STATE OF INJUSTICE
Crime lab investigation reveals indifference to right and wrong throughout the criminal justice system.
Copyright 2005 Houston Chronicle
A VISITOR to the Houston Police Department's crime lab will tour rooms full of illegal drugs stacked floor to ceiling. At one point the assembled bales of marijuana, packages of cocaine and heroin, and plastic bottles of soda and codeine (a heady outlaw cocktail for which Houston is known) weighed 28 tons.
Testing and identifying these substances accounts for three-fourths of the crime lab's work. If defense counsel neglected to have the evidence independently verified, a mistaken identification could send an innocent person to prison. The chance of error would be high even if all the lab's drug testers were skilled and conscientious. Unfortunately, that has not been the case. A special master brought in to investigate the crime lab's scandalous shortcomings found that in several instances drug test results were invalid and perhaps fraudulent. Two analysts were accused of faking the results. Because the people running the Police Department cared so little for justice, the employees were allowed to stay.
The suspected instances of "dry-labbing" (falsely making the test results match the charges against a defendant) join a list of botched DNA and ballistics analyses, failed serology proficiency tests and generally unreliable and poor quality work performed by the lab. The lab was chronically underfunded. Analysts received little or no scientific training. Water leaking through the roof and invading rats were allowed to contaminate evidence.
Flawed lab work sent at least two innocent people to prison. The Police Department's failure to disclose and correct the lab's shoddy standards deprived countless more defendants of a fair trial as juries were led to believe that the crime lab handled evidence and reached conclusions according to the discipline's highest standards.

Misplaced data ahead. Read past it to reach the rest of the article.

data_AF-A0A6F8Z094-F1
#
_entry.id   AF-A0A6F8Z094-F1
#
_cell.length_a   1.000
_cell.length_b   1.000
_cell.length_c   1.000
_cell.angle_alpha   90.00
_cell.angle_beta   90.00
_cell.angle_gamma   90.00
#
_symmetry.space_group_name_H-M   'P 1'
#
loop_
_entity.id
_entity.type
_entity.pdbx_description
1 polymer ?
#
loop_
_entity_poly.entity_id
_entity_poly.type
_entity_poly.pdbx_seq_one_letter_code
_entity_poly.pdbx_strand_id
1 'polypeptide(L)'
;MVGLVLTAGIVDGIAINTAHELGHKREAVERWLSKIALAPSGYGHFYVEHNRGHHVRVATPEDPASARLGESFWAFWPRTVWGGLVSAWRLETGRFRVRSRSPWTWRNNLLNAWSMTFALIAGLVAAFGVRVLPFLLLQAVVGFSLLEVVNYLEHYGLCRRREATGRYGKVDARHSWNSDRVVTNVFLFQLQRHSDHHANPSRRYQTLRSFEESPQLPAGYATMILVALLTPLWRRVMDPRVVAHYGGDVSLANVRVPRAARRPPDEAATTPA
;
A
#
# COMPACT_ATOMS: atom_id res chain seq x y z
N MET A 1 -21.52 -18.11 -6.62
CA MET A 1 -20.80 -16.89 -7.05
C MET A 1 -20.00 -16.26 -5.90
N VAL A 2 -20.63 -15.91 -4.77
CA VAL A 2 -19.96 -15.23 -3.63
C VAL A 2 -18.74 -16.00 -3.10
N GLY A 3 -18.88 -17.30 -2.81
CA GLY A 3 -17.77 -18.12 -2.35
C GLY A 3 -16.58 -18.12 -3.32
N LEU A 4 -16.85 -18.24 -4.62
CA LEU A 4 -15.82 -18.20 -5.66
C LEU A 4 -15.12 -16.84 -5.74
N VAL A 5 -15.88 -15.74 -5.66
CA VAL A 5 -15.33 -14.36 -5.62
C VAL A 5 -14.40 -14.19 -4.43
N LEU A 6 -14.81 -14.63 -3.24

This shocking state of affairs could not have endured for at least 15 years without the willful ignorance, negligence and wrongdoing of officials throughout Harris County's justice system. Mayors and police chiefs budgeted too little for the crime lab; Police Department supervisors ignored analytical errors and tolerated cheating. Crime lab employees reached false conclusions, misinterpreted forensic evidence and misled juries about their knowledge and skills.
In the Harris County district attorney's office, some prosecutors knew about cheating on crime lab tests but did not inform their colleagues or the defense bar, as required by law. When criminal violations by lab personnel were alleged, prosecutors declined to seek indictments, deciding instead to leave bad enough alone.
The courts also bear blame. Some trial judges prevented defense lawyers from impeaching the quality of lab tests and truth of analysts' testimony. Appellate courts in come cases refused to correct blatant injustice by ordering new trials or freeing defendants based on new evidence of innocence.
Absent, amid the discovery of repeated and extensive miscarriages of justice, is a sense of public outrage and shame that our justice system could be so permissive of wrong and so indifferent to right. Unless Houstonians demand justice from those charged with carrying it out, more innocent defendants will be punished while the guilty walk free.
This is the first of several editorials concerning flaws in the criminal justice system in Texas and Harris County.
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